Thank you for the opportunity to write and ask a question. You are right to make asking questions difficult, because there are stupid questions, and time is our most valuable gift.
My question has to do with the process of workout and recovery at Gym Jones. In my gym, body builders and powerlifters look at me like I am insane as I rip out high intensity workouts that leave me dry heaving on the floor, but when I ask them to even attempt a quarter of what I am doing, they blanch, and walk away.
When I found your website I began trying to imitate what you and your diciples have been doing. I have found that even though I am getting stronger and faster, and pound for pound more powerful, I am still full of questions.
When you write out multiple workouts for a day, are you completing all of them in one day? I complete a workout like "Louder than Eleven" or "Those Burpees Suck," and I am finished. It takes me twenty minutes to get my heart rate down to normal, and an hour before I stop sweating. Do you do anything else during your workout day? Rowing, running, or work on the technique for a powerlift like snatch or clean?
I have owned a Polar Heart Rate Monitor for almost a year, wearing this monitor I can see how many calories I am burning during my workout, and I have a rule that I don't end my workout until I've burned at least a thousand calories. This makes my workout almost always extend past just one of the named workouts like the ones I listed above.
My next question has to do with recovery. You have a listed workout for almost every day for a week or more at a time. Are you performing a high intensity workout every day for weeks straight without a recovery day? Doesn't this lead to overtraining, and rapidly so? You also don't mention anything about stretching or cryo-therapy, do you reccomend any of these things to your regular clients? If so, what?
In conclusion, I sincerely appreciate your time, insight, and intensity. Your website, knowledge, and experience has brought much value to my workouts and my fitness.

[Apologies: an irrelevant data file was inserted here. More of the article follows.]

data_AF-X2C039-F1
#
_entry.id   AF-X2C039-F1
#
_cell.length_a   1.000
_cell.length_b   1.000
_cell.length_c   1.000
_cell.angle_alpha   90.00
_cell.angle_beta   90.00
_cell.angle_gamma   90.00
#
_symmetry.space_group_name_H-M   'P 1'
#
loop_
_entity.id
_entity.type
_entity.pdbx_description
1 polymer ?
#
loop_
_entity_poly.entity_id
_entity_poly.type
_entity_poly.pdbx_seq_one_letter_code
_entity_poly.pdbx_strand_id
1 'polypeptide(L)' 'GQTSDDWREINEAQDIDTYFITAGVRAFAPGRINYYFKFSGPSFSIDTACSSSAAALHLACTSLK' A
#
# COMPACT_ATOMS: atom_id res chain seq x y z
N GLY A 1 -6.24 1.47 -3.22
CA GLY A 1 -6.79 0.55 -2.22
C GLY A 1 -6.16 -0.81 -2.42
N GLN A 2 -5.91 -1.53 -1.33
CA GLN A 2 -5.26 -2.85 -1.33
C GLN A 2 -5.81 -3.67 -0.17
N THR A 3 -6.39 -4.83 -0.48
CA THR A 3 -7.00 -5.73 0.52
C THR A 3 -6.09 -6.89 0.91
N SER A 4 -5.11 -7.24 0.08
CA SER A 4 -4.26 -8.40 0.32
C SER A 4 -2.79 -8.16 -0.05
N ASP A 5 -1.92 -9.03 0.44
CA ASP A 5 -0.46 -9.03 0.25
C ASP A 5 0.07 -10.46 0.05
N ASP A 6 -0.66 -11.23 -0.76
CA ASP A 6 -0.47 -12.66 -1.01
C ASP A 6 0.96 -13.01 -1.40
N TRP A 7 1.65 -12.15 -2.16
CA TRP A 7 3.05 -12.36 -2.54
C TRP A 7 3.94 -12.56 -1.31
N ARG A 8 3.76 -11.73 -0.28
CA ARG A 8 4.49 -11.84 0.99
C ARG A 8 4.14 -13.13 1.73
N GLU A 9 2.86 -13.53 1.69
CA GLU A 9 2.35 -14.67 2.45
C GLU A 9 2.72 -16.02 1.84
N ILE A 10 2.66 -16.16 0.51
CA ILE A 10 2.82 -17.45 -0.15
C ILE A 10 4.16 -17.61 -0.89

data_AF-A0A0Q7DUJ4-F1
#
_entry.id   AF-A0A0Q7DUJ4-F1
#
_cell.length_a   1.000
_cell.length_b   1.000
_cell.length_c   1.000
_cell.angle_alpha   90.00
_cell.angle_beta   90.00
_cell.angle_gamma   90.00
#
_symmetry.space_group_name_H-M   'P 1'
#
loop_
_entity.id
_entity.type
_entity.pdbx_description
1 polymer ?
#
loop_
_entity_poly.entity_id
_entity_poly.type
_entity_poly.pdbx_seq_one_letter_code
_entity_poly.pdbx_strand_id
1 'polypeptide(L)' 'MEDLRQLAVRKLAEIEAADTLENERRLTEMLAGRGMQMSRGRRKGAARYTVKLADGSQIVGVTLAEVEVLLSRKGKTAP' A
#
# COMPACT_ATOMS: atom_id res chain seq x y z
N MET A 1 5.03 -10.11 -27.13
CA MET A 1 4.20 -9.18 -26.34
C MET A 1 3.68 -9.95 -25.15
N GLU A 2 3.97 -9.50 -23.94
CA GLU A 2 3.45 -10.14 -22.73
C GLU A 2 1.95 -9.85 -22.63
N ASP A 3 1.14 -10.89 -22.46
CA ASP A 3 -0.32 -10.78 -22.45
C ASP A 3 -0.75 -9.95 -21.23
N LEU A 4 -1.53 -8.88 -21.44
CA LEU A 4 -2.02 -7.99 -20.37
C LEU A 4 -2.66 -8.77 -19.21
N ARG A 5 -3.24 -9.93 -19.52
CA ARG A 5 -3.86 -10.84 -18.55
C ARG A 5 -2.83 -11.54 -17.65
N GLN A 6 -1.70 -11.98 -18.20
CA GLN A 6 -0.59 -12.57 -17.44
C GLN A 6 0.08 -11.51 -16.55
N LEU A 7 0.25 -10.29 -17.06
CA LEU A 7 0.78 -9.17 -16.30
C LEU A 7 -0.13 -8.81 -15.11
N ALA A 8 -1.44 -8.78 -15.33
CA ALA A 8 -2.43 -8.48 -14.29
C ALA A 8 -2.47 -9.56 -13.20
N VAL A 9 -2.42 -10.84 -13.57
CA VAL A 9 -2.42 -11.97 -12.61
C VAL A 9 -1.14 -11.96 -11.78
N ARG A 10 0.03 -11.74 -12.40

Training "properly" in a normal gym certainly draws a crowd ...
When multiple workouts are listed it simply shows what was done by different people in the gym or outside on that day. Many are preparing for different objectives hence their training differs. Look at the workout, then see who did what in the Notes section below.
Agreed, one go-round with "Those Burpees Suck" or similar is plenty. That said, there are always supplementary efforts done: general warm-up, specific warm-up, some auxiliary movements done afterward, and a cool down. Circuit training is but one aspect of what is done here. There are heavy days, and technical days, and other stuff going on, which may or may not be noted.
Calories are an interesting way of measuring output. The relevance of the number has to do entirely with the efficiency of the movement. HRMs are typically scaled to very efficient movements (cycling, running) and one's HR cannot truly "describe" the expenditure required by 60 Burpees. Nor are you seeing the post-exercise increase in metabolic rate and O2 consumption when you only measure the effort itself. High intensity, whole body efforts cause greater increase in post-exercise metabolic rate and duration than do low intensity efforts. Other ways of measuring output have to do with poundage, volume (reps), power (watts, on bike or rowing machine), etc. Using HR and the 1000 calorie bar probably isn't accurate for this type of work. How many calories do you burn doing 5x1 Deadlift @ 1RM? Or, more difficult to calculate, 10x1 Snatch @ 95% 1RM (where watts are 3-4 times greater than DL)?
Recovery: it's likely more important than the training itself. No one is training at high intensity in the gym more than 3 days per week. We found that when the boys do four days, combined with their martial arts training (sometimes 20 hours per week) they get hurt. The endurance athletes are in the gym - when they are in the gym - three or more days a week in prep season, 1-2 days per week or not at all during the season. Outside workouts are not always listed in this case. In this regard the site is not so useful ... we do what we can. As for stretching, we don't push passive stretching on anyone. Full ROM movements tend to handle the flexibility issue for most.
Those who do a sport causing chronic muscle shortening and imbalances (running, cycling, etc) know enough to stretch on their own: performance demands it. Cryo-therapy aka the chilly dip (we don't have the facility for it but it's not far to a creek fed by snow-melt), and contrast showers, among other interventions are encouraged.